Mona Gazala

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I am a Palestinian American artist, and my work is rooted in the understanding that all struggles against oppression and systemic injustice are inherently related. I am an interdisciplinary artist whose work explores power dynamics and their relationships to marginalized peoples. My subjects range from the erasure of indigenous Palestinian and indigenous American peoples and culture, to gentrification and the displacement of low-income families and people of color in urban centers. Whether focused on issues locally or globally, I use visual art and social actions to amplify subversive narratives in situations of power imbalance, countering the effects of historical, cultural, and social erasure.


My practice is fluid in its form: I am willing to experiment with a wide variety of media and methods - text, sculpture, prints, social practice, video and installation - to create conceptual work focusing on spatial justice; that is, social justice issues intrinsically tied to place.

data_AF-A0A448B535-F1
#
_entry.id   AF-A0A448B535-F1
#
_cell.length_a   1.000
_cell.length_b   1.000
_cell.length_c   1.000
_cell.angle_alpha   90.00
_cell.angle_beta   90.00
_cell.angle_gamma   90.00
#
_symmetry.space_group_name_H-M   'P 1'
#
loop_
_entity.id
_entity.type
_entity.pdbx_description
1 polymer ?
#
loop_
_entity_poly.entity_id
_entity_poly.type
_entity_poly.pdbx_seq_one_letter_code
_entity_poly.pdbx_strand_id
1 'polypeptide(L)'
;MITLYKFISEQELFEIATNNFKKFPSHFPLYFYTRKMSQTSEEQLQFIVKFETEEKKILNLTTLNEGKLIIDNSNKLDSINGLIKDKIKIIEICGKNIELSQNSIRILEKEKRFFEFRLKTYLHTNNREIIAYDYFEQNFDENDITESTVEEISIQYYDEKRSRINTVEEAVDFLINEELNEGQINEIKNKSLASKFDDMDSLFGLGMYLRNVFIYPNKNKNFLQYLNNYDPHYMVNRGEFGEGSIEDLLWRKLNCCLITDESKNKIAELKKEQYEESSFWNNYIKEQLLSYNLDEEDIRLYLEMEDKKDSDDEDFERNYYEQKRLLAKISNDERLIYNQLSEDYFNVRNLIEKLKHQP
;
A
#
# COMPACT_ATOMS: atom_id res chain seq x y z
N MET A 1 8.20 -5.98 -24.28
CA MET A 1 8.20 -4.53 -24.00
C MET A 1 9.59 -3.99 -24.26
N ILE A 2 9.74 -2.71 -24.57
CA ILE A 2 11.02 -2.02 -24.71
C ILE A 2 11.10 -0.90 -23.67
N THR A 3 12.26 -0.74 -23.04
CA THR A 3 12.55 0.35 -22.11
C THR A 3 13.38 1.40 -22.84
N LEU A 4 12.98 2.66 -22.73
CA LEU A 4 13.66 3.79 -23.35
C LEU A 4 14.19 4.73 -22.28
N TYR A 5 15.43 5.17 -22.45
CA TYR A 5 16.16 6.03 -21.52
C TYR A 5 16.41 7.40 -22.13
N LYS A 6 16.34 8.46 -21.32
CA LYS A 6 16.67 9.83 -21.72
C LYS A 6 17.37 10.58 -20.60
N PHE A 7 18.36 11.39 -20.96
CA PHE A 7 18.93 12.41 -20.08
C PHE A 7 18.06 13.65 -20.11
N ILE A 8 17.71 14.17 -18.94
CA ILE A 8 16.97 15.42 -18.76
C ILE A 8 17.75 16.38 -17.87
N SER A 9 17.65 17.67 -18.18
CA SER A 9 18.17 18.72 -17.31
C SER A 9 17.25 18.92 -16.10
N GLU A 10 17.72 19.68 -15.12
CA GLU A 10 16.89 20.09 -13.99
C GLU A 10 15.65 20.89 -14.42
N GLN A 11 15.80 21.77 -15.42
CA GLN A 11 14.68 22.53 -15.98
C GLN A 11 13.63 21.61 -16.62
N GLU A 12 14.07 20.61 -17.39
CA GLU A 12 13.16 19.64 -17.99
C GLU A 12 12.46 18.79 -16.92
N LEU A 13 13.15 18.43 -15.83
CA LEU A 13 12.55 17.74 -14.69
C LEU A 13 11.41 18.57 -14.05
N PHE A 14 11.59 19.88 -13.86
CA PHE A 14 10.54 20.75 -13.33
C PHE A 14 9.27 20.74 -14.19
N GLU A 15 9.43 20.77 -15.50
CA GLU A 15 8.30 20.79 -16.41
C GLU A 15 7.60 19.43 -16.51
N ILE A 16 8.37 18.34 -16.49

In 2012, I launched the Second Sight Project in inner-city Columbus, Ohio. Second Sight is a long-running social practice work embedded in the near-west neighborhood of Franklinton, for the purposes of being a laboratory for art and engagement, as well as a center for creative neighborhood advocacy. Franklinton is mainly populated by low-income residents in a rapidly gentrifying part of the city. The work I do under the umbrella of Second Sight is both equity- and identity-building. Equity-building in the form of providing art education in neighborhood schools that lack the arts resources of schools in wealthier communities. And identity-building by facilitating participatory public art projects that directly involve residents in creating an image of Franklinton that is community-driven.